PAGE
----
Dorel Industries Inc. will close an assembly and testing facility in Bedford, PA that once cranked out thousands of  Cannondale bicycles to cut costs by $6 million annually at its nearly $1 billion-a-year Recreational/Leisure segment.

The segment owns the Cannondale, Schwinn, GT, Mongoose, Caloi, IronHorse and Sugoi cycling brands as well as Pacific Cycle, which makes bikes for mass retailers such as Wal-Mart Stores, Inc. and Costco Wholesale Corp. as well as big box sporting goods chains.


Dorel said it would transfer segment manufacturing, assembly, testing, quality control and customer and other technical services performed in Bedford to other facilities and third-party partners by the end of calendar 2014.



Dorel will also relocate the segment’s R&D facility in Bethel, CT to its new headquarters in Wilton, CT, where Cannondale was found in 1971. Finally, it will convert a former retail lab in Bethel to accommodate activities of GURU Academy, a recently acquired bike fitting company. The changes reverse many of the initiatives undertaken by Robert Baird, who was dismissed as president and CEO of Dorel Recreational/Leisure in mid-December.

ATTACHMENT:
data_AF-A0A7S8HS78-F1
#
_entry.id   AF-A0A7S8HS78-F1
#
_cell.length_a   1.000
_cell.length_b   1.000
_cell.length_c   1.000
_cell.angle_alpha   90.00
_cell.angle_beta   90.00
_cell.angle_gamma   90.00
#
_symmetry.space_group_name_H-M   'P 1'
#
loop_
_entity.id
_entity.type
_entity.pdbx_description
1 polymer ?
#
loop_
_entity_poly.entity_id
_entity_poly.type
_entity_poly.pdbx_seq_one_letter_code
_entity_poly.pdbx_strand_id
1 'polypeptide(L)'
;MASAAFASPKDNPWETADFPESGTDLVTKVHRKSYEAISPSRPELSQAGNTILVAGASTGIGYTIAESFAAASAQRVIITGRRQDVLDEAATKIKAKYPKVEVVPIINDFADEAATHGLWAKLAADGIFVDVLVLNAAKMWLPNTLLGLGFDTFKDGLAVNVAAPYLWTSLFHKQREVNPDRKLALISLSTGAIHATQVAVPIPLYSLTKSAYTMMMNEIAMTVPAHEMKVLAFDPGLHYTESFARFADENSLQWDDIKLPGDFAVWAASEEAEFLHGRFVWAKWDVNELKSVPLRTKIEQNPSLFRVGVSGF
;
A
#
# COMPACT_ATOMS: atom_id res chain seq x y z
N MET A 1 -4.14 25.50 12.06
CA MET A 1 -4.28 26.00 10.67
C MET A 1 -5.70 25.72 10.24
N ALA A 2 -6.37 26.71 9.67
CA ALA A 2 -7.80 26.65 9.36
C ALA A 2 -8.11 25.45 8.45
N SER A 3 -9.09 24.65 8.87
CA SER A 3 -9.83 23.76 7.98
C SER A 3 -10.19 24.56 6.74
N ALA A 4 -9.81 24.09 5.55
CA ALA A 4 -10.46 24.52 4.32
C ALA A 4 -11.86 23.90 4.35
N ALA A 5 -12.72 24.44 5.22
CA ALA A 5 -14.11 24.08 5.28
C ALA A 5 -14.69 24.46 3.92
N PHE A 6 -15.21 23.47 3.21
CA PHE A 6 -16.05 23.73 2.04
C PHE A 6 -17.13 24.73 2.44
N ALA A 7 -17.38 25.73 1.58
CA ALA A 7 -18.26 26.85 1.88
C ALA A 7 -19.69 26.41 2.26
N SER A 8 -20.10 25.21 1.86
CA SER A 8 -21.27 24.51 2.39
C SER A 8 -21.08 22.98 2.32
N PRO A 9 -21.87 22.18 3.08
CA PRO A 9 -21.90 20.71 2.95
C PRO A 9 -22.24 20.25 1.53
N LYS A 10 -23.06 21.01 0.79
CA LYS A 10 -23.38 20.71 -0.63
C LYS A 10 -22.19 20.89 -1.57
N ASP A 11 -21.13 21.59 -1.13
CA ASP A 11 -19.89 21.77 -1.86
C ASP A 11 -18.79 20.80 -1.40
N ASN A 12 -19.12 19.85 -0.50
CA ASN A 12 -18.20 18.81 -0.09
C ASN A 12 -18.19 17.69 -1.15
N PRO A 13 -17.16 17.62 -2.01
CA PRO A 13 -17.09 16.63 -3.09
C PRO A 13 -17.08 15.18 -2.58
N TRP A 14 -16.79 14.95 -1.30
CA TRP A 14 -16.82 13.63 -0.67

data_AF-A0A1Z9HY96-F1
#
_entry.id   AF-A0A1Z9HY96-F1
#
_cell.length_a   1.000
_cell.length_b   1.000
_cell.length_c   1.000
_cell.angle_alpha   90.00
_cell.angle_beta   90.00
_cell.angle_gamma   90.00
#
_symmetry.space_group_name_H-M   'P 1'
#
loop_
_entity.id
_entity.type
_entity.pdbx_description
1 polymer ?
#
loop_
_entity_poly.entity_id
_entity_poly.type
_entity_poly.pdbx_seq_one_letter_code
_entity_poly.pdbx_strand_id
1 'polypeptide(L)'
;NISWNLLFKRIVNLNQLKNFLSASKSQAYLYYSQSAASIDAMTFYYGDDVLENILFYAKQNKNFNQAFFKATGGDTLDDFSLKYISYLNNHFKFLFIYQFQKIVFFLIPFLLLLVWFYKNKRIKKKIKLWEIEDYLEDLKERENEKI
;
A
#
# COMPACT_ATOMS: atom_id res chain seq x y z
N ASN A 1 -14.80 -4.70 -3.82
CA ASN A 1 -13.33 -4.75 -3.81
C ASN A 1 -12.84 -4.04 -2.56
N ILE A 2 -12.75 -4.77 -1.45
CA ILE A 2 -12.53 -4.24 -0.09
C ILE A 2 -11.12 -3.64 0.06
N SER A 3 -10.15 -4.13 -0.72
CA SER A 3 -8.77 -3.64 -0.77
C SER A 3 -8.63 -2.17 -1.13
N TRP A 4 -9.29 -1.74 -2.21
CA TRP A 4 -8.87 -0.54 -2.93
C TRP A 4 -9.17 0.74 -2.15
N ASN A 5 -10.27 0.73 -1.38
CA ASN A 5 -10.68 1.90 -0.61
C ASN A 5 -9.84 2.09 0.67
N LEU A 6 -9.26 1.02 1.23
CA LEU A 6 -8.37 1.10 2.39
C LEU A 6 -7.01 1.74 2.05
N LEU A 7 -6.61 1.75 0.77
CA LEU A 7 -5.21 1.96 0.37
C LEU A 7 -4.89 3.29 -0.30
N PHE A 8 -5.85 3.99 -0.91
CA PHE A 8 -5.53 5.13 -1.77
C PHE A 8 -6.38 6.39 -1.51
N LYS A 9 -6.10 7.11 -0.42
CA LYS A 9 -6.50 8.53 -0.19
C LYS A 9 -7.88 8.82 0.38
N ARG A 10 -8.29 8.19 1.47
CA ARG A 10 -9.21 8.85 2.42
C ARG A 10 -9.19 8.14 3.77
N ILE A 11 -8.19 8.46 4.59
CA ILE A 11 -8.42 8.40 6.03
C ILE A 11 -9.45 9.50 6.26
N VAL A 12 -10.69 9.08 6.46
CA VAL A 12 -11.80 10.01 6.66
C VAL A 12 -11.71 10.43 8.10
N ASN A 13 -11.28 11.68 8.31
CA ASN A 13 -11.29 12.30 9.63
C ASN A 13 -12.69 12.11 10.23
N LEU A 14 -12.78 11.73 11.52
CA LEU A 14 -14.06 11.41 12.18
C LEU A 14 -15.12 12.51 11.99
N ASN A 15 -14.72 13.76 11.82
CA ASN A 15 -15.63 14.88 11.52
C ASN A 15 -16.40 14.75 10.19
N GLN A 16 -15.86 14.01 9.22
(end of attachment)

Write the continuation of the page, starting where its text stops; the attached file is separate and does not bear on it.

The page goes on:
The reorg will result in $14-$16 million in pre-tax, mostly non-cash, restructuring charges, but Dorel said it expects it will shed at least $6 million in annual costs once completed later this year. Approximately 100 employees will be affected globally once all changes are implemented.



“We want to significantly reduce development and supply chain lead times, improve cost structures and operating margins, and enhance quality while lowering warranty costs,” said Peter Woods, global CFO & interim president for the Recreational/Leisure segment. Like most U.S. bike companies, the segment sources the vast majority of its frames and components from Taiwan and other Asian suppliers. 



Dorel reported organic sales at the Recreation/Leisure segment declined 6 percent in the third quarter last year and that it expected the trend to continue into the fourth quarter as dealers worldwide worked through inventory left over from last year. Dorel CFO


Jeffrey Schwartz pledged last week that the latest cuts will “result in higher quality products and services for our customers and consumers.”